|Paper title||Towards a circumpolar coastline characterisation based on Sentinel-1/2 and machine learning|
|Form of presentation||Poster|
Arctic regions are one of the most rapidly changing environments on earth. Especially Arctic coastlines are very sensitive to climate change. Coastal damages can affect communities and wildlife in those areas and increased erosion leads to higher engineering and relocation costs for coastal villages. In addition, erosion releases significant amounts of carbon, which can cause a feedback loop that accelerates climate change and coastal erosion even further. As such, a detailed examination of coastal ecosystems, including shoreline types and backshore land cover, is necessary.
High spatial resolution datasets are required in order to represent the various types of coastlines and to provide a baseline dataset of the coastline for future coastal erosion studies. Sentinel-2 data offer good spatial and temporal resolution and may enable the monitoring of large areas of the Arctic. However, some relevant classes have similar spectral characteristics. A combination with Sentinel-1 (C-band SAR) may improve the characterization of some flat coastal types where typical radar issues such as layover or shadow do not occur.
This study is comparing a Sentinel-1/2 based tundra landcover classification scheme, which is developed for full pan-Arctic application, with another landcover classification, created specifically for mapping Arctic coastal areas (Sentinel-2 only). Both approaches are based on machine learning using a Gradient Boosting Machine. The Arctic Coastal Classification is based on Sentinel-2 data and considers 12 bands with 5 target classes while the Sentinel-1/2 based tundra landcover classification scheme is based on five Sentinel-2 bands (temporally averaged) and Sentinel-1 data acquired at VV polarization and results in more than 20 classes.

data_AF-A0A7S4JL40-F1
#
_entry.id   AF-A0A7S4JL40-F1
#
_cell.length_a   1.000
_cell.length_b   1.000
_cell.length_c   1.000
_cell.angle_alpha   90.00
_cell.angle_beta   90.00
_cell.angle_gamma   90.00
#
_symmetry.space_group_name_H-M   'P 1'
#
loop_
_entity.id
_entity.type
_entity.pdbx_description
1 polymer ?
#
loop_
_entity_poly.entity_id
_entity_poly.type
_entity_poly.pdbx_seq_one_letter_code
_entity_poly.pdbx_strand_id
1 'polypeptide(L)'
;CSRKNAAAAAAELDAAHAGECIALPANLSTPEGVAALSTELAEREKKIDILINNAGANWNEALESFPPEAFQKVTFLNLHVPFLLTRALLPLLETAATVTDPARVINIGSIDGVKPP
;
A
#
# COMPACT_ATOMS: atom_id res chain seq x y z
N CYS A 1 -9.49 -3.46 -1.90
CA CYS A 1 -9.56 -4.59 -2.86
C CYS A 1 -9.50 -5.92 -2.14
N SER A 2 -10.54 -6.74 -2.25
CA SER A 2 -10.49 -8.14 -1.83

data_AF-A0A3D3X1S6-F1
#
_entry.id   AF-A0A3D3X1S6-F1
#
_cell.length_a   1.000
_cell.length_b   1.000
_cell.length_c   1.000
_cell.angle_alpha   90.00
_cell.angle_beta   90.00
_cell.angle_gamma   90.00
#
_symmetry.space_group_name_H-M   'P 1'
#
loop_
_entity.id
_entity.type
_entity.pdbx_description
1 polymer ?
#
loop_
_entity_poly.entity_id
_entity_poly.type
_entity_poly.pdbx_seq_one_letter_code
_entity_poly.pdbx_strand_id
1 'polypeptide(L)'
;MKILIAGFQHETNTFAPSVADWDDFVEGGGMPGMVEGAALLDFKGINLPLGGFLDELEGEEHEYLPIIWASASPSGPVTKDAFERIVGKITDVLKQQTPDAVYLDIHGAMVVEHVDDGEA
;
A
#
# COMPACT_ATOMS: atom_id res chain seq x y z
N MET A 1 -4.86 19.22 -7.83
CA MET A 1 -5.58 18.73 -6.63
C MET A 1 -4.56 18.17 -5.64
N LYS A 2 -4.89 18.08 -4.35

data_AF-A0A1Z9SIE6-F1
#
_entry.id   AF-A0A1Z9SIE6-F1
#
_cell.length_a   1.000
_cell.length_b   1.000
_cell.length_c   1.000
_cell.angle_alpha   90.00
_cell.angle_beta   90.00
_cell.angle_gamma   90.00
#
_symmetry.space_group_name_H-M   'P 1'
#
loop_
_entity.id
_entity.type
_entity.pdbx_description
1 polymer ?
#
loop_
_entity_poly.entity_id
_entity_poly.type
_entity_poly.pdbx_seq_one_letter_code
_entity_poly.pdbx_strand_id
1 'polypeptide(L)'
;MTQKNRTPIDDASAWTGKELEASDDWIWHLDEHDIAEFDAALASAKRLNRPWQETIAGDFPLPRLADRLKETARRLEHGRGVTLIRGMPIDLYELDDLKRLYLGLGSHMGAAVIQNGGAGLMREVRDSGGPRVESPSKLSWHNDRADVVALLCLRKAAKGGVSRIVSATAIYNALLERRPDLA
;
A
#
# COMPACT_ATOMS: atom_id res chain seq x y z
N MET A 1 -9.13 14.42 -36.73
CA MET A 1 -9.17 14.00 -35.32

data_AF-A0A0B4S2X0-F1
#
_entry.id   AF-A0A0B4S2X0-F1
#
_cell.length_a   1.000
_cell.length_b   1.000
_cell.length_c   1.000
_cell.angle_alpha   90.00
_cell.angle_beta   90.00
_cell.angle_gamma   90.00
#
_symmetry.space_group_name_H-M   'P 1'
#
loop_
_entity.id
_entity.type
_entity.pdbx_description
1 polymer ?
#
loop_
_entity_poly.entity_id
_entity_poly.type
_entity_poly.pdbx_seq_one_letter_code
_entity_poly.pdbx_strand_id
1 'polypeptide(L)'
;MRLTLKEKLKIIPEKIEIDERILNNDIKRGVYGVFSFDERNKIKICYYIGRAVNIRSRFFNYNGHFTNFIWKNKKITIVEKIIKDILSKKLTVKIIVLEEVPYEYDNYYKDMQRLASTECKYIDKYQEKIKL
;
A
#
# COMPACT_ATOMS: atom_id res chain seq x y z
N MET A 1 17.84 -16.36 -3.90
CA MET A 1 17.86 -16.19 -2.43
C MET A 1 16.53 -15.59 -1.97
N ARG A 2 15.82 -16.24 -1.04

Results show that even the best classification algorithms show limitations at specific coastal settings and sea water conditions. The analysis demonstrates (1) the need for a coastal specific classification in this context, (2) the need for date specific mapping, but consideration of several acquisitions to capture general coastal dynamics, (3) the potential of detailed Arctic landcover mapping schemes to derive subcategories and (4) the need to separate settlements and further infrastructure.